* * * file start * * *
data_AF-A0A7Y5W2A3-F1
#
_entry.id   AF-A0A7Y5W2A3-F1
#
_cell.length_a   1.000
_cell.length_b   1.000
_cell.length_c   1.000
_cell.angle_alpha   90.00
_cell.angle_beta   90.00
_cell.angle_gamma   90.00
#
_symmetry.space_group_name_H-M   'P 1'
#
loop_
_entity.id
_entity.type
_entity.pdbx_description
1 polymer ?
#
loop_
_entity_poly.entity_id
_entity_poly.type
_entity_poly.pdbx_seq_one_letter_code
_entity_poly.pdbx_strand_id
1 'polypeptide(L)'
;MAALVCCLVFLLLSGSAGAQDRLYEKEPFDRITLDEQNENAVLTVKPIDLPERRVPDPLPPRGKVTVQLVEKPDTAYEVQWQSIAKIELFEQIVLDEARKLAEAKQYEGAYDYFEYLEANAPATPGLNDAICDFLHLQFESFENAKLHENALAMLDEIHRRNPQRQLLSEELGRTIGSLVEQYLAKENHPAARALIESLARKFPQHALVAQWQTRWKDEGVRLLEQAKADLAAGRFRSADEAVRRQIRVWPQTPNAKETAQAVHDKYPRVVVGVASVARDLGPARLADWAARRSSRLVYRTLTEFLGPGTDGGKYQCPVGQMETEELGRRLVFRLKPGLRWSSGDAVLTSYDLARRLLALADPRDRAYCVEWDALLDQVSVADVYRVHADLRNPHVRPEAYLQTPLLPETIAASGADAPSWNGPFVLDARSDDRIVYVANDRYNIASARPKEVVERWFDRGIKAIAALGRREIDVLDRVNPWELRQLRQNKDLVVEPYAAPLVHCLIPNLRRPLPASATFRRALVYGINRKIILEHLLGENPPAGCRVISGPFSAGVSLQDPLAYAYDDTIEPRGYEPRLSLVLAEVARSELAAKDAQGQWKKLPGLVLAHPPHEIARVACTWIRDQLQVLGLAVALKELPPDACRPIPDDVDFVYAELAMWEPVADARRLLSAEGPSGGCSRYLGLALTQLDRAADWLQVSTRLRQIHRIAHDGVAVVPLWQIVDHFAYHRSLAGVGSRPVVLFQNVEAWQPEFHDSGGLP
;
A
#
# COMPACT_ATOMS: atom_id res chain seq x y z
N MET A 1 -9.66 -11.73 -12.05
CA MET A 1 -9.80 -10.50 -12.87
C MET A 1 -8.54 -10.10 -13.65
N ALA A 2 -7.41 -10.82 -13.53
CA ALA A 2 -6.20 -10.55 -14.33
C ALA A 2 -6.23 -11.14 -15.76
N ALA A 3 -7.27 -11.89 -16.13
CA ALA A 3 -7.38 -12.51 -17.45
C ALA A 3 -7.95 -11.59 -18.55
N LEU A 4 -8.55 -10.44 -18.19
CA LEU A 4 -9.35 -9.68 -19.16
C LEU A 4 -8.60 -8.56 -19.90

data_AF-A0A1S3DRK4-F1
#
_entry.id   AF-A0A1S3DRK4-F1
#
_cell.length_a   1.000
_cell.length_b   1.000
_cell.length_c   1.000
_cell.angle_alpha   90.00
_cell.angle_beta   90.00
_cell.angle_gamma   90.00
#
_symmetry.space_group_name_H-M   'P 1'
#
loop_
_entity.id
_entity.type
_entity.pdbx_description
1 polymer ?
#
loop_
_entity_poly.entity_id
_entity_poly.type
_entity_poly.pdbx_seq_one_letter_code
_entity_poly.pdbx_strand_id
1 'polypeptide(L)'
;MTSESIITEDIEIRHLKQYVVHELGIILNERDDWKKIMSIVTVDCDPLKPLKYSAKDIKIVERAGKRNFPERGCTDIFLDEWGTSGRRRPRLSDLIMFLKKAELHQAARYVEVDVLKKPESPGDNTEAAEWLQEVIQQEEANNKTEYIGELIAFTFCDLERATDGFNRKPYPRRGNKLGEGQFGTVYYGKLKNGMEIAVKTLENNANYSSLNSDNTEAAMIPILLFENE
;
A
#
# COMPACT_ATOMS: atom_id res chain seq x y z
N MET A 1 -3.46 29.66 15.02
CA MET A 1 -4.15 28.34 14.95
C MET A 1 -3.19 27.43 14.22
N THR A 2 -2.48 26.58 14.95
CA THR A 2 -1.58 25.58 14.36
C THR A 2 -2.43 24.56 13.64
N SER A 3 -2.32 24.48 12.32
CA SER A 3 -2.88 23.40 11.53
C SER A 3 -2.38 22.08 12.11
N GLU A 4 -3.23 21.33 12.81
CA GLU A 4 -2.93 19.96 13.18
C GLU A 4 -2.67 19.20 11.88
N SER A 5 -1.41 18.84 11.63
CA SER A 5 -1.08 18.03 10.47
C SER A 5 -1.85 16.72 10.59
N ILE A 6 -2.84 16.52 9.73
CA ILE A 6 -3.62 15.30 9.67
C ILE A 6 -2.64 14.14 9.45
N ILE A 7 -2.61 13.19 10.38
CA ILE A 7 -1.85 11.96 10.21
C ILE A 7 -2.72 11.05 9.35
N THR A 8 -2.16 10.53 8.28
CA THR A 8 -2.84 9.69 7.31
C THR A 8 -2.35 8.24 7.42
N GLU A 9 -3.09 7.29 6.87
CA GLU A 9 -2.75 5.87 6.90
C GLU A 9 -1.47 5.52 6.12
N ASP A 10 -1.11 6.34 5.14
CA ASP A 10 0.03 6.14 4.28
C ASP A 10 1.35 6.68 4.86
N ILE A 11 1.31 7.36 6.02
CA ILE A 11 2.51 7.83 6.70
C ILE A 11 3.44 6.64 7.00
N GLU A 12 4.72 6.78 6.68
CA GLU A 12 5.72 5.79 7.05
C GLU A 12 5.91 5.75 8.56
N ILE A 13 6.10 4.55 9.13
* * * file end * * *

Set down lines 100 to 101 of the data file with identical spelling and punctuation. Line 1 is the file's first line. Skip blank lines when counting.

N ASP A 10 -1.11 6.34 5.14
CA ASP A 10 0.03 6.14 4.28